L.A. sues journalist, activist group to claw back photos of undercover officers
In a move immediately denounced as legally meritless by 1st Amendment and media rights experts, the city of Los Angeles has sued a local journalist and an activist group over the online publication of undercover LAPD officers’ pictures — images the city had itself provided.
Attorneys for the city claim the release of the images in response to a public records request and related litigation by Knock LA journalist Ben Camacho was “inadvertent” and posed a safety risk to the officers. Camacho subsequently provided the images to the Stop LAPD Spying Coalition, which published them online.
“The City seeks the return of these inadvertently produced photos to protect the lives and work of these undercover officers,” the city’s attorneys wrote.
Both Knock LA and the Stop LAPD Spying Coalition denounced the lawsuit in separate statements. Knock LA, a nonprofit online newsroom, called it a “clear intimidation tactic” by City Atty. Hydee Feldstein Soto. The Stop LAPD Spying Coalition, a technology oversight group advocating for police abolishment, called it “an attack on the public’s ability to request, analyze, and publish public records.”
Susan Seager, an attorney for Camacho, said in a written statement that her client “will fight the City’s effort to censor his journalism about police, which is a matter of paramount concern.” Camacho declined to comment.
Legal experts uniformly rejected the lawsuit as baseless and ripe for dismissal under the 1st Amendment and other well-established legal protections for journalists.
“This is a Hail Mary, desperation play by the city,” said David Loy, legal director of the California First Amendment Coalition.
“The city is on very weak legal grounds,” said Erwin Chemerinsky, dean of the UC Berkeley School of Law.
“This isn’t even a close call,” said Ken Paulson, former editor in chief of USA Today and now director of the Free Speech Center at Middle Tennessee State University.
The lawsuit follows weeks of controversy after the Los Angeles Police Department’s release of the names, photographs and other identifying information of more than 9,300 officers in response to a public records request and subsequent litigation by Camacho.
Hamid Khan, a coordinator with Stop LAPD Spying, said Camacho “shared” the officers’ images and information with his organization. The group then posted them online as part of a public, searchable database called “Watch the Watchers,” which includes each officer’s name, ethnicity, rank, date of hire, division/bureau, serial number and photo.
The union that represents rank-and-file LAPD officers subsequently sued Chief Michel Moore over the release of the photos, hoping to force the department to stop disclosing such images and try to claw back those already released. More than 300 LAPD officers who claim to work in sensitive assignments have also given notice that they intend to sue the city for negligence and for allegedly endangering their lives by releasing the images.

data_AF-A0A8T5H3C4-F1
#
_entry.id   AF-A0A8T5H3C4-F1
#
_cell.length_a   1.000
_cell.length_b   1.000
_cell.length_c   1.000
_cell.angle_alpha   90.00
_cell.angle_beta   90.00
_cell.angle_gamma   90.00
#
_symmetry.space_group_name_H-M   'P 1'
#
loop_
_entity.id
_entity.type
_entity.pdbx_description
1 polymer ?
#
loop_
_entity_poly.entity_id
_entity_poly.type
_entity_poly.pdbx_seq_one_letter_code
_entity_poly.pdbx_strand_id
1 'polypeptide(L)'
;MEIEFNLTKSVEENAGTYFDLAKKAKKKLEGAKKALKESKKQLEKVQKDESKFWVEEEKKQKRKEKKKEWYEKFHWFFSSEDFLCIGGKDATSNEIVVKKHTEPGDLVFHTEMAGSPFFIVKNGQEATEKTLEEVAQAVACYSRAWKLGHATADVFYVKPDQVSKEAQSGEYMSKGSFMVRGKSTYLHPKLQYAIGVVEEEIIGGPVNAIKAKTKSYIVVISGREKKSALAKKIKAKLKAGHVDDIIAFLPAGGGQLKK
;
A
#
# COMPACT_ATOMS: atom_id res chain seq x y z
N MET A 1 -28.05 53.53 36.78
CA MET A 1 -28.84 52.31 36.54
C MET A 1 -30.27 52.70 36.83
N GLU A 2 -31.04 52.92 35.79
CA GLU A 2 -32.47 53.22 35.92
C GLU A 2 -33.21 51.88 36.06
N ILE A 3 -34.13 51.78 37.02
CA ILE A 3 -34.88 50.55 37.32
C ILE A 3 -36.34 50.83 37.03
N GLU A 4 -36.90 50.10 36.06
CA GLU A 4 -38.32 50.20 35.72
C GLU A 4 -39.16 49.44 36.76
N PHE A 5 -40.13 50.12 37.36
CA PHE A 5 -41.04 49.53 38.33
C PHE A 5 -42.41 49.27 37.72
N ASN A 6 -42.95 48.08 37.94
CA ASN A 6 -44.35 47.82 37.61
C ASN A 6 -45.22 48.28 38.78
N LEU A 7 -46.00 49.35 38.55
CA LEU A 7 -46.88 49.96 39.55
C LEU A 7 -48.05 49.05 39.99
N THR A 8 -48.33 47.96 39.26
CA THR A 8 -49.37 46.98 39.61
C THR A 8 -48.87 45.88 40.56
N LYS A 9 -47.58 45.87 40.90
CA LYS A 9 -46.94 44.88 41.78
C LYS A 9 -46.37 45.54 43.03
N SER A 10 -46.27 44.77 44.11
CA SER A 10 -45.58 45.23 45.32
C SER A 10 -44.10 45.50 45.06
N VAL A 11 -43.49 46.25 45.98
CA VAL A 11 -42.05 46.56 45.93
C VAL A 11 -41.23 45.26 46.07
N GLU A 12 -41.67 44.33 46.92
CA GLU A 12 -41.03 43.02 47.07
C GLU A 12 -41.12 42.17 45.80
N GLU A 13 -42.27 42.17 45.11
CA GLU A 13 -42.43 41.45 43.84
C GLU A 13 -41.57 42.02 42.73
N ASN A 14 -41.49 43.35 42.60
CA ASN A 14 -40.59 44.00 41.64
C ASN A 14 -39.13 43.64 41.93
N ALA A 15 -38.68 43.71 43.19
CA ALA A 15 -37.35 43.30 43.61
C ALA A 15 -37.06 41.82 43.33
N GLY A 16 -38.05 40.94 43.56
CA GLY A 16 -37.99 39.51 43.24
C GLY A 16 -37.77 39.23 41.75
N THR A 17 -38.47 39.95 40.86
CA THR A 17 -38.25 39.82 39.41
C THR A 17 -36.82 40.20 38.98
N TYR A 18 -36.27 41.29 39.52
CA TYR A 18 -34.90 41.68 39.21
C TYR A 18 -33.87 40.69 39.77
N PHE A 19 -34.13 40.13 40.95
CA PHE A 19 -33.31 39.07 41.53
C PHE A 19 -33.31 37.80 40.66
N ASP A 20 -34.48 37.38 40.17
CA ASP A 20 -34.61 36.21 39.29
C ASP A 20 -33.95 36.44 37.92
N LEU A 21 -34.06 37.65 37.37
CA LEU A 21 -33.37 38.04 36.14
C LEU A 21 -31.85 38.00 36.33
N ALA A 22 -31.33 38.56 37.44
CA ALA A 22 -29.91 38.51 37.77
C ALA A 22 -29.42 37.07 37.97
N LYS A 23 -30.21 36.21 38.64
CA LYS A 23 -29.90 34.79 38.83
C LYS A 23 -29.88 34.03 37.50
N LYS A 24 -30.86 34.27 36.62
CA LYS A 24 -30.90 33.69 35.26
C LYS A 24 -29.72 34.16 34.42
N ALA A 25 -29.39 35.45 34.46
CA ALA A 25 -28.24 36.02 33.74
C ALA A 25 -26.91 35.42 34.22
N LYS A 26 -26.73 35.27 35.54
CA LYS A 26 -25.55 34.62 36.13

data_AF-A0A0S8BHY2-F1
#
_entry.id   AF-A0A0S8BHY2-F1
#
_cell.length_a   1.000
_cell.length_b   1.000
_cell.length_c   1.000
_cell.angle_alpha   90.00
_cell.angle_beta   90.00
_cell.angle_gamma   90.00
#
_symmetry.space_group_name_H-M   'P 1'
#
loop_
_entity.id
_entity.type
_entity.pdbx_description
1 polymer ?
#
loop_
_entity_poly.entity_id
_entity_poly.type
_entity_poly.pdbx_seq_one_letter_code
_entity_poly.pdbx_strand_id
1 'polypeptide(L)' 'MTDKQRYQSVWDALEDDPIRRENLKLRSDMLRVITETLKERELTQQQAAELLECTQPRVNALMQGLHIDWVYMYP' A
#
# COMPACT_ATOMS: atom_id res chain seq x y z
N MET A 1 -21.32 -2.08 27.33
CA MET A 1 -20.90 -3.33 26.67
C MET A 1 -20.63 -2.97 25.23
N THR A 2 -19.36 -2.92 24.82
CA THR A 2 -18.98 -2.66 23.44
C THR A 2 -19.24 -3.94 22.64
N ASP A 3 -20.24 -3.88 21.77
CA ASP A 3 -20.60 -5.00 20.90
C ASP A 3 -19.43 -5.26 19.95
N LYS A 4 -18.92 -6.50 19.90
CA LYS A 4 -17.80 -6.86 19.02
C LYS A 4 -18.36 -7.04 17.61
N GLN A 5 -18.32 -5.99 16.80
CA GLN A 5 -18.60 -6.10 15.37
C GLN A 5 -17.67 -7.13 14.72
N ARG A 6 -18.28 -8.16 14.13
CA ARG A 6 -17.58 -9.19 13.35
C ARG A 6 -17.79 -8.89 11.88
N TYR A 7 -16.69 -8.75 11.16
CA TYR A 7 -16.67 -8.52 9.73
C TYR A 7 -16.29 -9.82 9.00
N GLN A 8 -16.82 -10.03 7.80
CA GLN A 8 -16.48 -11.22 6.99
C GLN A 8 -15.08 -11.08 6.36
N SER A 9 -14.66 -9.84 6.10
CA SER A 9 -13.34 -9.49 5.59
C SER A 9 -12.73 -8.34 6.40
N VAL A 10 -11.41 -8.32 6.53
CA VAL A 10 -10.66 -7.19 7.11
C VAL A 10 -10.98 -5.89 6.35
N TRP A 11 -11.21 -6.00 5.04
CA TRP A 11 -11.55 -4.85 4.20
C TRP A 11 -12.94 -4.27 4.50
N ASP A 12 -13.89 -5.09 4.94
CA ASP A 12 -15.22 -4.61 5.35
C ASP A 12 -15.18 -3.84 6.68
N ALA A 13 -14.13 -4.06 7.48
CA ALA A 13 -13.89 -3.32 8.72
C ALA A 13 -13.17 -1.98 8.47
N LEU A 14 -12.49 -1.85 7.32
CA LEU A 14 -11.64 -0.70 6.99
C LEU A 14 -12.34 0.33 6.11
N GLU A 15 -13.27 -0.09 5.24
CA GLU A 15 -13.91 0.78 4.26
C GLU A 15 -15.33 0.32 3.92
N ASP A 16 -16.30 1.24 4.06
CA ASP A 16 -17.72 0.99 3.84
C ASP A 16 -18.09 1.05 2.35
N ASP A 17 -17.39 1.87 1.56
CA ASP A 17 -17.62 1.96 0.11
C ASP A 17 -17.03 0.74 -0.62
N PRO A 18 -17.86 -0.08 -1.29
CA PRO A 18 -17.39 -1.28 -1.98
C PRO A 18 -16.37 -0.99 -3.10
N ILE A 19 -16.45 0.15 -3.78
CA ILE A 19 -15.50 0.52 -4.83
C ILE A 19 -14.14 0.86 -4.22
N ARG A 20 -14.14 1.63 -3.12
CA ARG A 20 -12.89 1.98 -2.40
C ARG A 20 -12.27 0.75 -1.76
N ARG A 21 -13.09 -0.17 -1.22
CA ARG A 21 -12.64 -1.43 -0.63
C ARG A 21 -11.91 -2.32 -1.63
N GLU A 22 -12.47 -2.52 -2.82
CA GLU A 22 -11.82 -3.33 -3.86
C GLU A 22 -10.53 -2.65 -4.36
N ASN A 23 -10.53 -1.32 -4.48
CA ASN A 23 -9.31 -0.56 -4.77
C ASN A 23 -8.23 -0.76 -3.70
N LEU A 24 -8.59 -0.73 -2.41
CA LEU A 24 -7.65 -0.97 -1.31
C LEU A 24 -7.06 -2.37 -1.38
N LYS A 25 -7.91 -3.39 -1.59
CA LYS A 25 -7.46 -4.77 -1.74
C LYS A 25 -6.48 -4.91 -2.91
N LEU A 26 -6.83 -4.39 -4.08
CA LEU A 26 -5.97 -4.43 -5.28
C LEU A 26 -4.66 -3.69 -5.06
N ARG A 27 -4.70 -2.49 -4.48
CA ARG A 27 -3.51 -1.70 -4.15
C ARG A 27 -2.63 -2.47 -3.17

Robert Rico, legal counsel for the Los Angeles Police Protective League, has said the union in its lawsuit will ask a judge to force the “Watch the Watchers” website to be taken down until the city determines which officers’ images should be excluded for security reasons.
The city attorney’s office, which is also seeking to have the officers’ photos removed from the website, said Thursday that its goal was protecting officers “whose lives and families’ lives could be in grave danger as a result of this exposure.”
Seager questioned the alleged danger posed by the photos’ release. Contrary to the city’s lawsuit, she said in her statement, the city attorney’s office “hand-delivered” the photos to her client in September along with a letter that said in part: “images of officers working in an undercover capacity as of the time the pictures were downloaded (end of July 2022) are not included.”
“The disclosure was not ‘inadvertent’ or a ‘mistake,’” she wrote. After releasing the records to Camacho, the city “now is trying to rewrite history by claiming it wishes it had withheld photos of both undercover officers and officers who ‘serve in sensitive assignments.’”
“This is an impossibly broad category of officers that could include just about any officer’s work at some point during their career,” Seager said.
Legal experts said city officials may be suing Camacho and the Stop LAPD Spying Coalition to show they are taking the officers’ and the union’s concerns seriously and making a good-faith effort to get the images off the internet.